Secondary Research

Researchers generally use two forms of research which include primary research and secondary research. In primary research, the researcher gets first-hand data on the issue with the help of interviews, observations, surveys, and other data collection methods, while secondary research involves using already existing data to form a theory and draw a conclusion. While using either of them depends on the research objectives and resources, researchers usually use both of them to have a broader view of the issue.

In ‘’A Dictionary of Marketing,’’ Charles Doyle defines secondary research as:

Research using information that has already been compiled and formatted. It is different from primary research, which is also known as original research. The analysis is frequently done with the research that a third party has provided. This is also known as syndicated research. Other sources for secondary research include investment banks and associations or organizations. In research, it is important to assess the secondary information before time and money are spent to conduct new research. Since primary research takes a much longer time to complete and is extremely expensive, decisions are often made to go with whatever secondary research is available in the interest of both time and money. A good secondary researcher will be able to suggest proxies or alternatives instead of performing primary research.

Secondary research data sources

  1. Internet

The internet contains information about almost everything, and according to the IBM Marketing Cloud study in 2019, 90% of all the data on the internet was created between 2016-2019. It is the first place researchers check before and during the research because the data is readily available. Even though it is free most of the time, there may be a paywall behind certain information sources.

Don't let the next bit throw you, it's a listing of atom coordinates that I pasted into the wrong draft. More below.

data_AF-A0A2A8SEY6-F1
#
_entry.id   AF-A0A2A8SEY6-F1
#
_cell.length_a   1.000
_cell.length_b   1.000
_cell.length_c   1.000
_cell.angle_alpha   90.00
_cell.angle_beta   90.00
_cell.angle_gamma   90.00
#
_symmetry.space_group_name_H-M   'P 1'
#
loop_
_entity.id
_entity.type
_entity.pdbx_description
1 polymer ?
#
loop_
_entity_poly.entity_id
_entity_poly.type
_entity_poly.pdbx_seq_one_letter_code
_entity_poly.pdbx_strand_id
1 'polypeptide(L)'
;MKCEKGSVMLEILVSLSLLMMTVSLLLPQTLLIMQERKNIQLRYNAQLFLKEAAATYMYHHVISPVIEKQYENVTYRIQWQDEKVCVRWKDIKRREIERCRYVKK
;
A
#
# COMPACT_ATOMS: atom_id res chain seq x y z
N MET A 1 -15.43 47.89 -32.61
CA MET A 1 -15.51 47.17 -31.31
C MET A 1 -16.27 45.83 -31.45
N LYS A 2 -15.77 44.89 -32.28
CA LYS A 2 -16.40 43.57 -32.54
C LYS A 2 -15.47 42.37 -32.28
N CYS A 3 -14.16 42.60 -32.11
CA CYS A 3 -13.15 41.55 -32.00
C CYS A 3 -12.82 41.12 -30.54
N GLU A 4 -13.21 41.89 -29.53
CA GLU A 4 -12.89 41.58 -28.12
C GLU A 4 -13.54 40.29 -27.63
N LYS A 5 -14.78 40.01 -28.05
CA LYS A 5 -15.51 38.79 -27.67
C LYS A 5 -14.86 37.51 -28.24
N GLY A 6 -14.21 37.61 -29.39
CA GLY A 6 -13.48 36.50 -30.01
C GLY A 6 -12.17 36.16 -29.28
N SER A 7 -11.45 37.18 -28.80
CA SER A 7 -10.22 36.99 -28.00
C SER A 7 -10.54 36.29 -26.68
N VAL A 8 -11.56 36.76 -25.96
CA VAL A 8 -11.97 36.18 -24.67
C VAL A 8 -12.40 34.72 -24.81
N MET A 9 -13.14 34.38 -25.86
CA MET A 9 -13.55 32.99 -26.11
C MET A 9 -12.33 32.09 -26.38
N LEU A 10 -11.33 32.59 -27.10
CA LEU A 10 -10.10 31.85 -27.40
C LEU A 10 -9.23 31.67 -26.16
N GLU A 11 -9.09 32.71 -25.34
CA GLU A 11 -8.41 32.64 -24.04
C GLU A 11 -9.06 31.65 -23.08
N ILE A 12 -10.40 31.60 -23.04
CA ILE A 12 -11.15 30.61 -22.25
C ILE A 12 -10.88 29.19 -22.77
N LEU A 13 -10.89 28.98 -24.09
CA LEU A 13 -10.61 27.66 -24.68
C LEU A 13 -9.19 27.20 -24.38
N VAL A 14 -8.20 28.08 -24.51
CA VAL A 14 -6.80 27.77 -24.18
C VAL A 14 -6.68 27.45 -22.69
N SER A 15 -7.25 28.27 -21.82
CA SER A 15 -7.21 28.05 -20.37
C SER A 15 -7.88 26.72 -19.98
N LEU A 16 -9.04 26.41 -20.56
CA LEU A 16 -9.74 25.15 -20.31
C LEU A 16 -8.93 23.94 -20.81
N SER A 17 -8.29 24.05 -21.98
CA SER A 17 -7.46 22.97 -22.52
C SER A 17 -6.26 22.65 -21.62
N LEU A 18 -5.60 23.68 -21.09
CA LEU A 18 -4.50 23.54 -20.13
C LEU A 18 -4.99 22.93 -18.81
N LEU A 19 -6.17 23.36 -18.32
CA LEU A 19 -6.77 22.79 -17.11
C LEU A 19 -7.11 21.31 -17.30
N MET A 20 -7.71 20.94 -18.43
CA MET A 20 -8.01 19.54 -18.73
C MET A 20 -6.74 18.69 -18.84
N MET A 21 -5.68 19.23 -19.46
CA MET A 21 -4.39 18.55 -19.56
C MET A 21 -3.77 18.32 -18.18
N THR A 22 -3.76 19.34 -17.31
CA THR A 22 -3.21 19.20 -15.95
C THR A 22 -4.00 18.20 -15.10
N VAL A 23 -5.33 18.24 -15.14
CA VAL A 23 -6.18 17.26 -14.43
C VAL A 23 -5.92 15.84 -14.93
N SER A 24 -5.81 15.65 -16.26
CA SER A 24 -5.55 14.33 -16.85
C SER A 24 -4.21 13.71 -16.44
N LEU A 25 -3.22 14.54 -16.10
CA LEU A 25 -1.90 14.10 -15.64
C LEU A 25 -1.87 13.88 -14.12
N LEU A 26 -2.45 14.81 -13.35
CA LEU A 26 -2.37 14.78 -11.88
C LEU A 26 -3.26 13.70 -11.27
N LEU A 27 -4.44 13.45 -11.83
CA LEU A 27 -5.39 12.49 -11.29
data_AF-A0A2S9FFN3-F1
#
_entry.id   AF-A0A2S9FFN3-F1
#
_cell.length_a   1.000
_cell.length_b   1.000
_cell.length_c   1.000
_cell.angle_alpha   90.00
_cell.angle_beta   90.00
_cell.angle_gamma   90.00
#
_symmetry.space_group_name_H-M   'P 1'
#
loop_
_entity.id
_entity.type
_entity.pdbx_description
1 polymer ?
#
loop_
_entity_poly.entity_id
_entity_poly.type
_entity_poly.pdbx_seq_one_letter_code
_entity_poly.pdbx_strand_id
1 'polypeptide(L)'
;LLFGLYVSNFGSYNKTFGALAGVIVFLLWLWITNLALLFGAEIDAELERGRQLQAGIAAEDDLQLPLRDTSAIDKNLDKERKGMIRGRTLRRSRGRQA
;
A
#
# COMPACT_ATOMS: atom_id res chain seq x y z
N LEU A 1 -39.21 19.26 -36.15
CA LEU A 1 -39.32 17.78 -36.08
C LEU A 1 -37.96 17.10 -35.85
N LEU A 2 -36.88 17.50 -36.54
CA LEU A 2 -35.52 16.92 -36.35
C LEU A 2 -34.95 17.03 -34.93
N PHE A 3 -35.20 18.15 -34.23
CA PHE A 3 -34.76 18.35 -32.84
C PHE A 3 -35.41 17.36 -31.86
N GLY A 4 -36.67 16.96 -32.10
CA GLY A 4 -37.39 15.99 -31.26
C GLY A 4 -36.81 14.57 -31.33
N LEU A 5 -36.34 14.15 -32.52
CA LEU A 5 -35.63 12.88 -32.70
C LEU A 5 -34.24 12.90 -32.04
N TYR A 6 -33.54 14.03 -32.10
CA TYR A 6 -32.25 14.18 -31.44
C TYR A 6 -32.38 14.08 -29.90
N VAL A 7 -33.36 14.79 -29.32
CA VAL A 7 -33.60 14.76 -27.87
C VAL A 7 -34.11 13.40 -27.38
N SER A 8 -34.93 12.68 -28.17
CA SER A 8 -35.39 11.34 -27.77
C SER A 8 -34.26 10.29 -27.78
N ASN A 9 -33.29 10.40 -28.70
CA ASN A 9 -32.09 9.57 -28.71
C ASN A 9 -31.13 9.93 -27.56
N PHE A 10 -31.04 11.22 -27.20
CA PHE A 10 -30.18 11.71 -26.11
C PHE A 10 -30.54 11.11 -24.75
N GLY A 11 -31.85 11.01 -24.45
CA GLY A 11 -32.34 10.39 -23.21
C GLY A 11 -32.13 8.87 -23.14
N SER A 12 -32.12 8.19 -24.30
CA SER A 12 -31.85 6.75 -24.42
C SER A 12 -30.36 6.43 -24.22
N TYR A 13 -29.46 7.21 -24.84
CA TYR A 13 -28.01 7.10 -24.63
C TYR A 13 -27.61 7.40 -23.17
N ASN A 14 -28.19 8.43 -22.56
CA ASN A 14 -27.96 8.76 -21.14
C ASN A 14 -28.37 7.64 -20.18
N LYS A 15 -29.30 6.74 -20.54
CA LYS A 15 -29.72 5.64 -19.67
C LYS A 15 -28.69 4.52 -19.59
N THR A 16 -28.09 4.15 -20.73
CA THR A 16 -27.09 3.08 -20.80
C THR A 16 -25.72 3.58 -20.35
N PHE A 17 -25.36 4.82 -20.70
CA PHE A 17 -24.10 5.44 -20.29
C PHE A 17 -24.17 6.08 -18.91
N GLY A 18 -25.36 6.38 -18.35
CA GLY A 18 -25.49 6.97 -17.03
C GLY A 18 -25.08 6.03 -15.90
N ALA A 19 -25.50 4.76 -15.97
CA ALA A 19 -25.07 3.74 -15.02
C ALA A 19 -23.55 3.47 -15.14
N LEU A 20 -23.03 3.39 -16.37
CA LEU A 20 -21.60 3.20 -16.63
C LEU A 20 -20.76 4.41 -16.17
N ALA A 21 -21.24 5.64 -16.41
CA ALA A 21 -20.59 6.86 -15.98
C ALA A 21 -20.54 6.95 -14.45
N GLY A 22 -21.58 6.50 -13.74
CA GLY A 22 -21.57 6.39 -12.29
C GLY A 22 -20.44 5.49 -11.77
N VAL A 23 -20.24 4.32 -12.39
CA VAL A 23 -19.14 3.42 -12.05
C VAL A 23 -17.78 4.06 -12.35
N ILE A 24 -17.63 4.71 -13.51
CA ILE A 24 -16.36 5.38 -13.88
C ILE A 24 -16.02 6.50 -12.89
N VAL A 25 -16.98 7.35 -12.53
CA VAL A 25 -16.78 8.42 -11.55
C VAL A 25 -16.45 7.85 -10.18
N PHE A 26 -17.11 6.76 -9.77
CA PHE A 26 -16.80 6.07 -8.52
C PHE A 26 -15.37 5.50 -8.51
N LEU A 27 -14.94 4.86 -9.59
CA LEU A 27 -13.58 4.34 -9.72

1. Libraries

Using libraries is a traditional way in secondary research. Libraries were the primary source of information before the internet age. Although the internet gives access to a much more significant amount of data, some researchers prefer to use physical copies of books rather than online versions.  

  1. Data provided by the government and non-government organizations

Researchers looking for specific information about the demographics, business, transport, etc., can use databases of these organizations.

  1. Media

Newspapers, journals, magazines, TV, radio provide information about current politics, economic developments and also report statistical numbers provided by the government and non-government bodies.

Secondary research advantages

  • Data is easily accessible. Search engines provide millions of pages on almost any topic with just one click.
  • No need to travel to different destinations. No geographical restrictions in getting the data the researcher is interested in.
  • It is a cost-effective and time-friendly way of gathering data. As mentioned above, information is available freely most of the time. And on top of that, researchers don’t spend as much time as they would spend conducting primary research.

Some publications may ask for money to give access to specific data.

Secondary research disadvantages

  • With the amount of data available on the internet, it is not always possible to confirm if the data is legit because some won’t credit the source material.
  • The success of the secondary research depends on the reliability of the data it uses.  The researchers themselves don’t gather the data, so there is a chance that the research may not yield reliable results.
  • It may not be possible to do secondary research on every topic. In this case, researchers should opt for primary research.